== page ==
|Our accomodation in Lamego|
|The Sanctuario from the town of Lamego|
Even though this was the off season the weather was amazing. Out of two weeks we lost one day to rainy weather where we had to slum it in front of the roaring fire, catching up with some movies in English on the large television and cooking in the well stocked kitchen. Hard times. On the other three days in Lamego we spent one driving around the countryside following the Douro river, one exploring the town itself and one catching a train into and exploring the large port city of Porto.
|Enjoying a Tawney port in Porto|
Porto is the second largest city in Portugal but does not come across as a sprawling city. The home of port wine, this heritage listed city is full of charm, old buildings, the river Douro and plenty of samples of port wine, my favourite being a tawny port with Elizabeth liking the rose port.
|The heritage listed town of Coimbra|
It was time to head back down to Lisbon with one last stop, the town of Coimbra, another heritage listed town. Finally and with a huge sigh of relief, I was able to drop the car back off to the rental company, scratch free. I really thought after driving in five countries that this would be the time I would have an accident, the drivers here are just so aggressive. During a free walking tour later through Lisbon, the tourist guide told us they are considered the second worst drivers in Europe. Don't worry guys, I am sure you will get top spot soon :-)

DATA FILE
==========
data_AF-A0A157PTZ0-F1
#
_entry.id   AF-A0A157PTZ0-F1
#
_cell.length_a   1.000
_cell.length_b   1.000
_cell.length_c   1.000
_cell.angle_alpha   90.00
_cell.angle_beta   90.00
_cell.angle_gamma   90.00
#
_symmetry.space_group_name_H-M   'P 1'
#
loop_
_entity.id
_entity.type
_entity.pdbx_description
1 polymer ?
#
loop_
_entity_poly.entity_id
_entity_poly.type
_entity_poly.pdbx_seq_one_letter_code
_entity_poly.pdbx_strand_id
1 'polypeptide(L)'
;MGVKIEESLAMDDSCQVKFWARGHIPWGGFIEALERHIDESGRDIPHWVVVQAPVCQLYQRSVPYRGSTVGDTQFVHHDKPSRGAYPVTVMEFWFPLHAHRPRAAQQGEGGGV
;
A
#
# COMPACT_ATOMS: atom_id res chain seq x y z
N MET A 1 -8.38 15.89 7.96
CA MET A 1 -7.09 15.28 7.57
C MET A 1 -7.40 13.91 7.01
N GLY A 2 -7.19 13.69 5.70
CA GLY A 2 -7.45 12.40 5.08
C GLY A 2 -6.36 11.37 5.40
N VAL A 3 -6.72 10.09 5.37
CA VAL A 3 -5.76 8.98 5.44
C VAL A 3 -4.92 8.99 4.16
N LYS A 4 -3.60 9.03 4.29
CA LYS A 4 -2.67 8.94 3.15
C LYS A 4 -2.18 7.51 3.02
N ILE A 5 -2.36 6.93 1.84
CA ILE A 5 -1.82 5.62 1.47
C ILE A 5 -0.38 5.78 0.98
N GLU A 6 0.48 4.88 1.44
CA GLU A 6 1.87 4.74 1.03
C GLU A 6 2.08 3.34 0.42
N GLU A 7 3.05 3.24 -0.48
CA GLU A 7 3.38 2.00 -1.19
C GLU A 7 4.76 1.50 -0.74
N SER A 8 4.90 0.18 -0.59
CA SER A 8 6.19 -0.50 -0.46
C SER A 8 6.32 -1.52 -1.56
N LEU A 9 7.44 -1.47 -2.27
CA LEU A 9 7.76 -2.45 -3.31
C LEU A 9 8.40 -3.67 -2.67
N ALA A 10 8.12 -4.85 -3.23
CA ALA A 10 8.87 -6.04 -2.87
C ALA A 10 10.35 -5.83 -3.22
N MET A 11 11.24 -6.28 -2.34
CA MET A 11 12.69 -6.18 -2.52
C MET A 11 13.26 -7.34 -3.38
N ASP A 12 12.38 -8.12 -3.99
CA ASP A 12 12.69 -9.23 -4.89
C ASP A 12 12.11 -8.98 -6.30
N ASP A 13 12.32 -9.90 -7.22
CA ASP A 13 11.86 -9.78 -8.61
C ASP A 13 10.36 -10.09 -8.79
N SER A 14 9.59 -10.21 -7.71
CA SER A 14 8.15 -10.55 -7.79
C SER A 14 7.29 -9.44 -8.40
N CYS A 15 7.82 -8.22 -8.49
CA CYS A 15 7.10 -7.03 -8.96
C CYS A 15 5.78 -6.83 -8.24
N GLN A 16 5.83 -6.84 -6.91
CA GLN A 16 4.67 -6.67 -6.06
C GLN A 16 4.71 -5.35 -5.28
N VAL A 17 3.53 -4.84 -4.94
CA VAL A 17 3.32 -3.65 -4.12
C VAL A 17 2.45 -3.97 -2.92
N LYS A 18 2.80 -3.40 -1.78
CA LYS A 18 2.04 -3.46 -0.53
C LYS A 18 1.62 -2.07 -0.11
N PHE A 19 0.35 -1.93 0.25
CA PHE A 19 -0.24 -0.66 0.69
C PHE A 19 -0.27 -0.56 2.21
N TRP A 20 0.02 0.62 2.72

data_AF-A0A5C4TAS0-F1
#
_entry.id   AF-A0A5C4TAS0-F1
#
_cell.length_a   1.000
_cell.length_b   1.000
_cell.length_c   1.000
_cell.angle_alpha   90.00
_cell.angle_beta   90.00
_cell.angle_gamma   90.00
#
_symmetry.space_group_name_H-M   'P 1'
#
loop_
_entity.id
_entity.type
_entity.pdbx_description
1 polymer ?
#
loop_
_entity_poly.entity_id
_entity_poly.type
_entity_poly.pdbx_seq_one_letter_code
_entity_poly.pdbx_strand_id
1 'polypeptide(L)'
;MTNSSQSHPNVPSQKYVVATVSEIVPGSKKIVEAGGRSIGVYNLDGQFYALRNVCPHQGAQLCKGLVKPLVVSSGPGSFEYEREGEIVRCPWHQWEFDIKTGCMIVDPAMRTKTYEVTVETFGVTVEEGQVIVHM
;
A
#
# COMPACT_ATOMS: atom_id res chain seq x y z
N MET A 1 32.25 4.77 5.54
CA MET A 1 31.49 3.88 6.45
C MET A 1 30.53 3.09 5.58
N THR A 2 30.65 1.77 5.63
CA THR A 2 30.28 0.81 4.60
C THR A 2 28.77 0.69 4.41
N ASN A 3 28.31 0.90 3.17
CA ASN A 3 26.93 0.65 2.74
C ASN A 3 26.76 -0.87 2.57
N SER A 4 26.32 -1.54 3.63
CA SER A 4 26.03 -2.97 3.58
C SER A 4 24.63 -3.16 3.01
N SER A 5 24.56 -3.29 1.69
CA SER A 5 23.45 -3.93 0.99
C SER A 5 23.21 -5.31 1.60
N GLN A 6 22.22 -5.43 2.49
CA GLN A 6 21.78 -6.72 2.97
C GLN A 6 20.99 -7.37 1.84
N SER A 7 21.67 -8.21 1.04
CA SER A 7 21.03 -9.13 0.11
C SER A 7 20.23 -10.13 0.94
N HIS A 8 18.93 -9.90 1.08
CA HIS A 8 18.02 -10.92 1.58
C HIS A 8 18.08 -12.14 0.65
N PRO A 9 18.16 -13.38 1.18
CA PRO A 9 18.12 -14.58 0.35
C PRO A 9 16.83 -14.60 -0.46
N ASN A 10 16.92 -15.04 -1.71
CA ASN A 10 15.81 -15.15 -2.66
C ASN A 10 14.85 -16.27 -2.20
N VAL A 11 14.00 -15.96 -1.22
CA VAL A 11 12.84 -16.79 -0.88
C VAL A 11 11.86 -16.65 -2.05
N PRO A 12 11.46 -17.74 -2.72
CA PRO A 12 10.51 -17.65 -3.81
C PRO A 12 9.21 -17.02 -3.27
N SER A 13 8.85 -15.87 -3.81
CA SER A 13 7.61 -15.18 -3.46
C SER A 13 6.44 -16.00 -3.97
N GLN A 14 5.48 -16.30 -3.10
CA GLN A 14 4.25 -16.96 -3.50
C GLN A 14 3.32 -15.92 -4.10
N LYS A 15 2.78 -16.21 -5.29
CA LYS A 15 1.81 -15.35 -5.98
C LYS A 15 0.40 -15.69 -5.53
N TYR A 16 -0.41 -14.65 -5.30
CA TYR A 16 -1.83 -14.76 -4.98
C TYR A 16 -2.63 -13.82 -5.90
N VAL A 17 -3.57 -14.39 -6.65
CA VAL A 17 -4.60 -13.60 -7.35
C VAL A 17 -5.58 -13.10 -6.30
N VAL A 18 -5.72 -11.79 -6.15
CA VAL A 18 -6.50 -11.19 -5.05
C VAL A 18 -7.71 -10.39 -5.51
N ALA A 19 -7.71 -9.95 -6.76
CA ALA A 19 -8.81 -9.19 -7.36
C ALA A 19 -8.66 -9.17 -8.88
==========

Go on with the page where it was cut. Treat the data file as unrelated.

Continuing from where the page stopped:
Our last few days in Portugal were in the centre of Lisbon in the Living Lounge Hostel. One of the fanciest hostels we've ever been in, each room is individually decorated in a different theme by local artists. We explored the more out of the way old quarter of Lisbon, the Alfama district and its Jewish sector. We learnt about the huge earthquake that destroyed 80% of the city in the 18th century (9.0 on the Richter scale) and saw the shell of the church that is still standing today. The earthquake happened during the 'day of the dead' where everybody put out candles and went to church. The earthquake lasted for a massive 9 minutes, the lamplights spilled their oil, the candles fell, lighting the oil, and most of the houses were made out of wood. People rushed to the water only to be met by a huge tsunami. The topography of the town was rearranged in the process with new hills and flat spots. Religious leaders, typically, said the town was cursed and should be abandoned, due to all of their sins, but luckily the leaders did not listen. The church itself was studied to find out why it was not destroyed and they built a stronger Lisbon that is still standing today. Fascinating stuff, love travelling.
On our last night there we made it to a quaint little bar that specialises in the local Fado music, a type of folk music with guitars as accompaniment and sung with great feeling and dramatising gestures. Very flamenco sounding but with the soulfullness of jazz. Even though we could not understand what was being said the beautiful guitar sound and the emotion of the singer made it very entertaining. The location was perfect, reminding us of the small country pubs in Ireland with the performance occurring amongst the customers in the middle of the room. The night life only gets going after 10 and the wine was VERY strong, so with Elizabeth's help I stumbled home about 2am and only got about 4 hours sleep before needing to get up to go to the airport and our last location for the year.
|The town of lamego from our hostel|
|Sanctuario from a the winter statue|
|Main train station in Porto|
|The Duoro river in Porto|
|The old town in Porto from the other side of the river|
|The Alfama district in Lisbon|
|The Alfama district in Lisbon|
|This is a full cup of coffee?|
|Still working tram in Lisbon|